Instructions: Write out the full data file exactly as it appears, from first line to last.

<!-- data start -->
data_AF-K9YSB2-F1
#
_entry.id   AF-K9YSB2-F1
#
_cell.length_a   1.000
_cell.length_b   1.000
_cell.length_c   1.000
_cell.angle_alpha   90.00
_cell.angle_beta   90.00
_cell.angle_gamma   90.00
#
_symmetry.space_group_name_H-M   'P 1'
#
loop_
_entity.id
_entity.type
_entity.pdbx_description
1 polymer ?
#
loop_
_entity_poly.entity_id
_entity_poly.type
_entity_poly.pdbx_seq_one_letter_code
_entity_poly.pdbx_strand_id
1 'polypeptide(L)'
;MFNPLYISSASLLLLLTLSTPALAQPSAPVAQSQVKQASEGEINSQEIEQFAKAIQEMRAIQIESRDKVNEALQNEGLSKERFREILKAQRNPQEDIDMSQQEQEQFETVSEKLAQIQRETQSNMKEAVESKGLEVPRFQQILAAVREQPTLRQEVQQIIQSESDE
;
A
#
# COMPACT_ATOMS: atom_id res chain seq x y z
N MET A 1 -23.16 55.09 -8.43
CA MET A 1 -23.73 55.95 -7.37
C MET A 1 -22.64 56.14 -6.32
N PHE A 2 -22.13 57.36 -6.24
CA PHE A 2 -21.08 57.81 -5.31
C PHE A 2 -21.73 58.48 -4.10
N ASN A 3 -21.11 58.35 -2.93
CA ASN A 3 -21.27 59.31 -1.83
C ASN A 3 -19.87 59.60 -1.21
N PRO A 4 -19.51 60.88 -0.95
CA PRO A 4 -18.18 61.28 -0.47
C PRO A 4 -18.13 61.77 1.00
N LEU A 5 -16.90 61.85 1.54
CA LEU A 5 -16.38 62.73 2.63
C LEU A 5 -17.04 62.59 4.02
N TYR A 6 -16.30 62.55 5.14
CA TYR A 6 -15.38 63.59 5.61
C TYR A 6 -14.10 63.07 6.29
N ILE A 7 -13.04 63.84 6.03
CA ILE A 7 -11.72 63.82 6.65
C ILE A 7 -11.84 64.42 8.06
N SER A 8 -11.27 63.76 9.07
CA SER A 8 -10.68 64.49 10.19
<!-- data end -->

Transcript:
data_AF-K9YSB2-F1
#
_entry.id   AF-K9YSB2-F1
#
_cell.length_a   1.000
_cell.length_b   1.000
_cell.length_c   1.000
_cell.angle_alpha   90.00
_cell.angle_beta   90.00
_cell.angle_gamma   90.00
#
_symmetry.space_group_name_H-M   'P 1'
#
loop_
_entity.id
_entity.type
_entity.pdbx_description
1 polymer ?
#
loop_
_entity_poly.entity_id
_entity_poly.type
_entity_poly.pdbx_seq_one_letter_code
_entity_poly.pdbx_strand_id
1 'polypeptide(L)'
;MFNPLYISSASLLLLLTLSTPALAQPSAPVAQSQVKQASEGEINSQEIEQFAKAIQEMRAIQIESRDKVNEALQNEGLSKERFREILKAQRNPQEDIDMSQQEQEQFETVSEKLAQIQRETQSNMKEAVESKGLEVPRFQQILAAVREQPTLRQEVQQIIQSESDE
;
A
#
# COMPACT_ATOMS: atom_id res chain seq x y z
N MET A 1 -23.16 55.09 -8.43
CA MET A 1 -23.73 55.95 -7.37
C MET A 1 -22.64 56.14 -6.32
N PHE A 2 -22.13 57.36 -6.24
CA PHE A 2 -21.08 57.81 -5.31
C PHE A 2 -21.73 58.48 -4.10
N ASN A 3 -21.11 58.35 -2.93
CA ASN A 3 -21.27 59.31 -1.83
C ASN A 3 -19.87 59.60 -1.21
N PRO A 4 -19.51 60.88 -0.95
CA PRO A 4 -18.18 61.28 -0.47
C PRO A 4 -18.13 61.77 1.00
N LEU A 5 -16.90 61.85 1.54
CA LEU A 5 -16.38 62.73 2.63
C LEU A 5 -17.04 62.59 4.02
N TYR A 6 -16.30 62.55 5.14
CA TYR A 6 -15.38 63.59 5.61
C TYR A 6 -14.10 63.07 6.29
N ILE A 7 -13.04 63.84 6.03
CA ILE A 7 -11.72 63.82 6.65
C ILE A 7 -11.84 64.42 8.06
N SER A 8 -11.27 63.76 9.07
CA SER A 8 -10.68 64.49 10.19